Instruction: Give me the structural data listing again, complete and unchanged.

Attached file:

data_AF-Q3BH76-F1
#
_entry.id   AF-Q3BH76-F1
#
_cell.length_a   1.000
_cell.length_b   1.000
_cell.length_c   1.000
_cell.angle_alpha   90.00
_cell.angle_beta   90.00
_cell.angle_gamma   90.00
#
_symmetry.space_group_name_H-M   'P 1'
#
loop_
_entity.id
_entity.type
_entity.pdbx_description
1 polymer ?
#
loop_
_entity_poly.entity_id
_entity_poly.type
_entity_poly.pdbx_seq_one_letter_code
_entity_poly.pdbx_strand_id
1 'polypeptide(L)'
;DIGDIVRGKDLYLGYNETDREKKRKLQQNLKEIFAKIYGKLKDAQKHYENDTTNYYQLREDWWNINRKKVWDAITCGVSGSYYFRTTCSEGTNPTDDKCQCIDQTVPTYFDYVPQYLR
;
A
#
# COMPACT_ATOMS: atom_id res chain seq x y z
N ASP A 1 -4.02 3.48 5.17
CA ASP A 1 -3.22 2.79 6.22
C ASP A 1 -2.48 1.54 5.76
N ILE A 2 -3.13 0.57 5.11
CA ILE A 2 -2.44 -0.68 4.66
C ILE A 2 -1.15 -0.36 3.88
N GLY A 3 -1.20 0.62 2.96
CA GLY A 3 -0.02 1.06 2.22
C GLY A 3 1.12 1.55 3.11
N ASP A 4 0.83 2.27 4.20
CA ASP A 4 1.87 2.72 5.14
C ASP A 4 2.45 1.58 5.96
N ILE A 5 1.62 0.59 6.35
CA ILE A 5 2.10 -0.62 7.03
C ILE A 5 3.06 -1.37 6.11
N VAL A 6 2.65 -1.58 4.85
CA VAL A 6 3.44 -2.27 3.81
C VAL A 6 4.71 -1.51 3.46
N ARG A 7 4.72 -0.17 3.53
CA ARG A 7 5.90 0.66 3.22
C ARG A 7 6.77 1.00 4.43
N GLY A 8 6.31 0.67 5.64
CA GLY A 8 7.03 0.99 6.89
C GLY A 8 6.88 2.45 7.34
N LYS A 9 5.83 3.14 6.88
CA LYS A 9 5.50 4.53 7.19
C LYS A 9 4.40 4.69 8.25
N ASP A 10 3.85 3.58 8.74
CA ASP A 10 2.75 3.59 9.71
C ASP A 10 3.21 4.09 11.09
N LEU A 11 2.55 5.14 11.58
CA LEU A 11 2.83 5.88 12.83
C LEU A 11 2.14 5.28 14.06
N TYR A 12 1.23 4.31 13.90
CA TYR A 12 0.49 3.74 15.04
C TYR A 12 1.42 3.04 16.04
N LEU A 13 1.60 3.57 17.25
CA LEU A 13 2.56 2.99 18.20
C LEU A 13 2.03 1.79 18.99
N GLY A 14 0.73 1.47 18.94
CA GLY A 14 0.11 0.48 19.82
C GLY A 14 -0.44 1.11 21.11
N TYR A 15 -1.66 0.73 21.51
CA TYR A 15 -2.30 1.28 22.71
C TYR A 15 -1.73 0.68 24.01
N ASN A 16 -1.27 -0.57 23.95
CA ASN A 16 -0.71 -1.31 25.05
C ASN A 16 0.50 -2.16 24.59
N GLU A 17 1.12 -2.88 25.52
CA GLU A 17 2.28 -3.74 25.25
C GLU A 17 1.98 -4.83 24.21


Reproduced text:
data_AF-Q3BH76-F1
#
_entry.id   AF-Q3BH76-F1
#
_cell.length_a   1.000
_cell.length_b   1.000
_cell.length_c   1.000
_cell.angle_alpha   90.00
_cell.angle_beta   90.00
_cell.angle_gamma   90.00
#
_symmetry.space_group_name_H-M   'P 1'
#
loop_
_entity.id
_entity.type
_entity.pdbx_description
1 polymer ?
#
loop_
_entity_poly.entity_id
_entity_poly.type
_entity_poly.pdbx_seq_one_letter_code
_entity_poly.pdbx_strand_id
1 'polypeptide(L)'
;DIGDIVRGKDLYLGYNETDREKKRKLQQNLKEIFAKIYGKLKDAQKHYENDTTNYYQLREDWWNINRKKVWDAITCGVSGSYYFRTTCSEGTNPTDDKCQCIDQTVPTYFDYVPQYLR
;
A
#
# COMPACT_ATOMS: atom_id res chain seq x y z
N ASP A 1 -4.02 3.48 5.17
CA ASP A 1 -3.22 2.79 6.22
C ASP A 1 -2.48 1.54 5.76
N ILE A 2 -3.13 0.57 5.11
CA ILE A 2 -2.44 -0.68 4.66
C ILE A 2 -1.15 -0.36 3.88
N GLY A 3 -1.20 0.62 2.96
CA GLY A 3 -0.02 1.06 2.22
C GLY A 3 1.12 1.55 3.11
N ASP A 4 0.83 2.27 4.20
CA ASP A 4 1.87 2.72 5.14
C ASP A 4 2.45 1.58 5.96
N ILE A 5 1.62 0.59 6.35
CA ILE A 5 2.10 -0.62 7.03
C ILE A 5 3.06 -1.37 6.11
N VAL A 6 2.65 -1.58 4.85
CA VAL A 6 3.44 -2.27 3.81
C VAL A 6 4.71 -1.51 3.46
N ARG A 7 4.72 -0.17 3.53
CA ARG A 7 5.90 0.66 3.22
C ARG A 7 6.77 1.00 4.43
N GLY A 8 6.31 0.67 5.64
CA GLY A 8 7.03 0.99 6.89
C GLY A 8 6.88 2.45 7.34
N LYS A 9 5.83 3.14 6.88
CA LYS A 9 5.50 4.53 7.19
C LYS A 9 4.40 4.69 8.25
N ASP A 10 3.85 3.58 8.74
CA ASP A 10 2.75 3.59 9.71
C ASP A 10 3.21 4.09 11.09
N LEU A 11 2.55 5.14 11.58
CA LEU A 11 2.83 5.88 12.83
C LEU A 11 2.14 5.28 14.06
N TYR A 12 1.23 4.31 13.90
CA TYR A 12 0.49 3.74 15.04
C TYR A 12 1.42 3.04 16.04
N LEU A 13 1.60 3.57 17.25
CA LEU A 13 2.56 2.99 18.20
C LEU A 13 2.03 1.79 18.99
N GLY A 14 0.73 1.47 18.94
CA GLY A 14 0.11 0.48 19.82
C GLY A 14 -0.44 1.11 21.11
N TYR A 15 -1.66 0.73 21.51
CA TYR A 15 -2.30 1.28 22.71
C TYR A 15 -1.73 0.68 24.01
N ASN A 16 -1.27 -0.57 23.95
CA ASN A 16 -0.71 -1.31 25.05
C ASN A 16 0.50 -2.16 24.59
N GLU A 17 1.12 -2.88 25.52
CA GLU A 17 2.28 -3.74 25.25
C GLU A 17 1.98 -4.83 24.21